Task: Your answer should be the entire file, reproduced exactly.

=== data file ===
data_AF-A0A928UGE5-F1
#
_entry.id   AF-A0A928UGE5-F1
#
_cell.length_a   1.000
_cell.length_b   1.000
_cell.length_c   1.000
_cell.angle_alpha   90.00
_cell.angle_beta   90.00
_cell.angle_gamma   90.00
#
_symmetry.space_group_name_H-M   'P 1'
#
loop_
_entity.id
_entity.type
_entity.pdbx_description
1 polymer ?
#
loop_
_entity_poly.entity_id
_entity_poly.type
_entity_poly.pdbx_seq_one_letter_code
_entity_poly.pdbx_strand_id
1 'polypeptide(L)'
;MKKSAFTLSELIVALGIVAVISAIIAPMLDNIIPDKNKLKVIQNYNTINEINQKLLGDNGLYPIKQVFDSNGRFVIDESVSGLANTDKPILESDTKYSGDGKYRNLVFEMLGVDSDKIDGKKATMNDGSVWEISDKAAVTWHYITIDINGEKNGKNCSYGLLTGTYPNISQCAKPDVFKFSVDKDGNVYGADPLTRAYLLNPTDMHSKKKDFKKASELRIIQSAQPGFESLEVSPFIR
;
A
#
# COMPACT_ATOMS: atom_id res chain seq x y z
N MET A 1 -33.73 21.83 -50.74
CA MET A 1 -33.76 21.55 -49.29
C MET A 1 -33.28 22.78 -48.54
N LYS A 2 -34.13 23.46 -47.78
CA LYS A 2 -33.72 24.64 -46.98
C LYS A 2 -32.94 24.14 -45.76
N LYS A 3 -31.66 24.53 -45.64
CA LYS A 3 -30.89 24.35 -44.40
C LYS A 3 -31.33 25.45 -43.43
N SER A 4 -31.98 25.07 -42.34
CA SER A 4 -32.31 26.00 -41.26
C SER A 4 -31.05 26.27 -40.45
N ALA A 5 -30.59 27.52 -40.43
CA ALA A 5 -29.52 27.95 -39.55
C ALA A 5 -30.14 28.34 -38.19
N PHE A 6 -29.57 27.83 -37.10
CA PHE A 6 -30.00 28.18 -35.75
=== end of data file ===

data_AF-A0A928UGE5-F1
#
_entry.id   AF-A0A928UGE5-F1
#
_cell.length_a   1.000
_cell.length_b   1.000
_cell.length_c   1.000
_cell.angle_alpha   90.00
_cell.angle_beta   90.00
_cell.angle_gamma   90.00
#
_symmetry.space_group_name_H-M   'P 1'
#
loop_
_entity.id
_entity.type
_entity.pdbx_description
1 polymer ?
#
loop_
_entity_poly.entity_id
_entity_poly.type
_entity_poly.pdbx_seq_one_letter_code
_entity_poly.pdbx_strand_id
1 'polypeptide(L)'
;MKKSAFTLSELIVALGIVAVISAIIAPMLDNIIPDKNKLKVIQNYNTINEINQKLLGDNGLYPIKQVFDSNGRFVIDESVSGLANTDKPILESDTKYSGDGKYRNLVFEMLGVDSDKIDGKKATMNDGSVWEISDKAAVTWHYITIDINGEKNGKNCSYGLLTGTYPNISQCAKPDVFKFSVDKDGNVYGADPLTRAYLLNPTDMHSKKKDFKKASELRIIQSAQPGFESLEVSPFIR
;
A
#
# COMPACT_ATOMS: atom_id res chain seq x y z
N MET A 1 -33.73 21.83 -50.74
CA MET A 1 -33.76 21.55 -49.29
C MET A 1 -33.28 22.78 -48.54
N LYS A 2 -34.13 23.46 -47.78
CA LYS A 2 -33.72 24.64 -46.98
C LYS A 2 -32.94 24.14 -45.76
N LYS A 3 -31.66 24.53 -45.64
CA LYS A 3 -30.89 24.35 -44.40
C LYS A 3 -31.33 25.45 -43.43
N SER A 4 -31.98 25.07 -42.34
CA SER A 4 -32.31 26.00 -41.26
C SER A 4 -31.05 26.27 -40.45
N ALA A 5 -30.59 27.52 -40.43
CA ALA A 5 -29.52 27.95 -39.55
C ALA A 5 -30.14 28.34 -38.19
N PHE A 6 -29.57 27.83 -37.10
CA PHE A 6 -30.00 28.18 -35.75